The European sardine is a migratory, ocean-dwelling fish that can be found in the Northeast Atlantic from the North Sea southward to Bay de Gorée, Senegal. It can also be found in the Mediterranean, the Sea of Marmara and the Black Sea. These fish form in schools at depths between 25 to 100 metres during the day, rising to 10 to 35 metres at night.
The body of the European sardine is bright silver and nearly cylindrical, with a rounded belly. This species has a series of dark spots along upper flanks of its body, sometimes with a second or even third series below. It is usually cooked whole once gutted, and is great on the barbeque.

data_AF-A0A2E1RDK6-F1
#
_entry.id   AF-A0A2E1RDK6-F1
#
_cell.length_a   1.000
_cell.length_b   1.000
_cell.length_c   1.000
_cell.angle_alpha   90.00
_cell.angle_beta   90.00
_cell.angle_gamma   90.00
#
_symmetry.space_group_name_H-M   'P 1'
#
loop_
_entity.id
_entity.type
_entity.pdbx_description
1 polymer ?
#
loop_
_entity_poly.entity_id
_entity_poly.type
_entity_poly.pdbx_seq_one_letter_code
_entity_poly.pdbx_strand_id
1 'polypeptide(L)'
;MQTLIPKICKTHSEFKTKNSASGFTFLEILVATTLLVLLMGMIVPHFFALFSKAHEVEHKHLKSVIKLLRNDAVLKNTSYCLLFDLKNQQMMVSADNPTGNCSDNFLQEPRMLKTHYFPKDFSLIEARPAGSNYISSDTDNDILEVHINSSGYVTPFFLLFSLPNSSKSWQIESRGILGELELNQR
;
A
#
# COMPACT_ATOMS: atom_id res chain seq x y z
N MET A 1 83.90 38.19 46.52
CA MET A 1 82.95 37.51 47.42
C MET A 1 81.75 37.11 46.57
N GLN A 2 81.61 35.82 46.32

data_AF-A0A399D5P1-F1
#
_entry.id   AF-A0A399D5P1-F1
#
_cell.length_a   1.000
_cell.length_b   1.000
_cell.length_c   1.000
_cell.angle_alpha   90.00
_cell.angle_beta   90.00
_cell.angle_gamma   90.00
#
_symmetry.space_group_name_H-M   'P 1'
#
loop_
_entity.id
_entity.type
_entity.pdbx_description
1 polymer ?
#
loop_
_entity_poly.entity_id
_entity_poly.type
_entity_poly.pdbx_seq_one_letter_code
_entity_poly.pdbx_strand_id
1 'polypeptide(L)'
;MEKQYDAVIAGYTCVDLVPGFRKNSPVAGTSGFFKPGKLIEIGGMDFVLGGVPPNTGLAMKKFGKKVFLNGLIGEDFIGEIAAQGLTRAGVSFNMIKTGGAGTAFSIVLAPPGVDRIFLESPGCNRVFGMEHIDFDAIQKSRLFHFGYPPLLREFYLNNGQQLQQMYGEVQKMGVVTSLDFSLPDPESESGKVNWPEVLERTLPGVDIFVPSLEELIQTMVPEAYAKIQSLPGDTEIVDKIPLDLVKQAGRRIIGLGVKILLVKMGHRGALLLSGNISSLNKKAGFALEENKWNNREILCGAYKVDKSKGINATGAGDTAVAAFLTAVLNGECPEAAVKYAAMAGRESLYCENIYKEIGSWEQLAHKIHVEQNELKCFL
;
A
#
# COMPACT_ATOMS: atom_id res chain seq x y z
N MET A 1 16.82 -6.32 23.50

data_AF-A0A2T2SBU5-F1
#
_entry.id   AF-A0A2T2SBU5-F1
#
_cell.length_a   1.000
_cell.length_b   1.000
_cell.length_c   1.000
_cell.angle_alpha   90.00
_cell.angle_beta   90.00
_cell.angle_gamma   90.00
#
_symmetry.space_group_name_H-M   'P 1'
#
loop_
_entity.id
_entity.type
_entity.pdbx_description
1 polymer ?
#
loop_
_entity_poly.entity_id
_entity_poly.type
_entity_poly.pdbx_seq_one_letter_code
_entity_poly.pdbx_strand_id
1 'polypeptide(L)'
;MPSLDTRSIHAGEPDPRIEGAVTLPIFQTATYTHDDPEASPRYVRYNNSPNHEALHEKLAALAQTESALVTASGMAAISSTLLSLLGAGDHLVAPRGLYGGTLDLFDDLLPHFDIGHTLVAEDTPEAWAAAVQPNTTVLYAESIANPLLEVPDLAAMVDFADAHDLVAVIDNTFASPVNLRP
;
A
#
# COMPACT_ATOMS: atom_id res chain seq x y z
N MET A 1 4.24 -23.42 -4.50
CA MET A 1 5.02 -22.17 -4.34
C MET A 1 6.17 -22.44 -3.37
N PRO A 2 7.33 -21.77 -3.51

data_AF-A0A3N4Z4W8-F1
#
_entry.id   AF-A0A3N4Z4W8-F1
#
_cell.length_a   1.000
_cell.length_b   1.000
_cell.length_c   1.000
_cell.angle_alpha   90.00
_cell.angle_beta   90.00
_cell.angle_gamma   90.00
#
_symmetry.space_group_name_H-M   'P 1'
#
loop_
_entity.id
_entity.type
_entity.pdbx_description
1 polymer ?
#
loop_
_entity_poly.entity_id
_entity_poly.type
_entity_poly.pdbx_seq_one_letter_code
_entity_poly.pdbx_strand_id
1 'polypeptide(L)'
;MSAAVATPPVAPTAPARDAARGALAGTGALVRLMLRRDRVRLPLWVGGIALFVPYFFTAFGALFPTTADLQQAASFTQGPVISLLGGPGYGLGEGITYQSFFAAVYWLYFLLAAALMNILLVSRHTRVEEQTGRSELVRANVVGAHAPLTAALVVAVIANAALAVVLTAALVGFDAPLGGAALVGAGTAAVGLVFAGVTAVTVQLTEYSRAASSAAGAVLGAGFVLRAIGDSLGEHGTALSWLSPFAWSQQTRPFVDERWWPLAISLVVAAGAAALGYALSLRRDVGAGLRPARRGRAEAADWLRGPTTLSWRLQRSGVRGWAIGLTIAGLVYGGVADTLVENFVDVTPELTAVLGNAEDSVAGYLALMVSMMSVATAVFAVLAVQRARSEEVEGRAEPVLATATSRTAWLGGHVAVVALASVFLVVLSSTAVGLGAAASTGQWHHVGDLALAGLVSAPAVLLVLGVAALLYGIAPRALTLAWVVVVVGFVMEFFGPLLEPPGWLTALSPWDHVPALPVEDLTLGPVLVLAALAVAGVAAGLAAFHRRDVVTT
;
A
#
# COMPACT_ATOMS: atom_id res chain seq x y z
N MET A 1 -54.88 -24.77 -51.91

The European sardine breeds at 20 to 25 metres below sea level, ranging from the shore to as far as 100 km out to sea. They breed in April in the English Channel, June to August in the North and Black Seas, September to May off the European coasts of the Mediterranean, and November to June off the African coasts of the Mediterranean. The European sardine feeds mainly on planktonic crustaceans, but also larger organisms.
Brittany Purse Seine
Fish harvesters encircle a large wall of netting around schools of fish and pull the bottom of the netting closed, like a drawstring purse, to capture the fish.
Sardine Gill Net
This fishery uses curtains of netting suspended by a system of floats and weights to catch sardines. The fine netting is almost invisible so sardine unwittingly get caught in the mesh.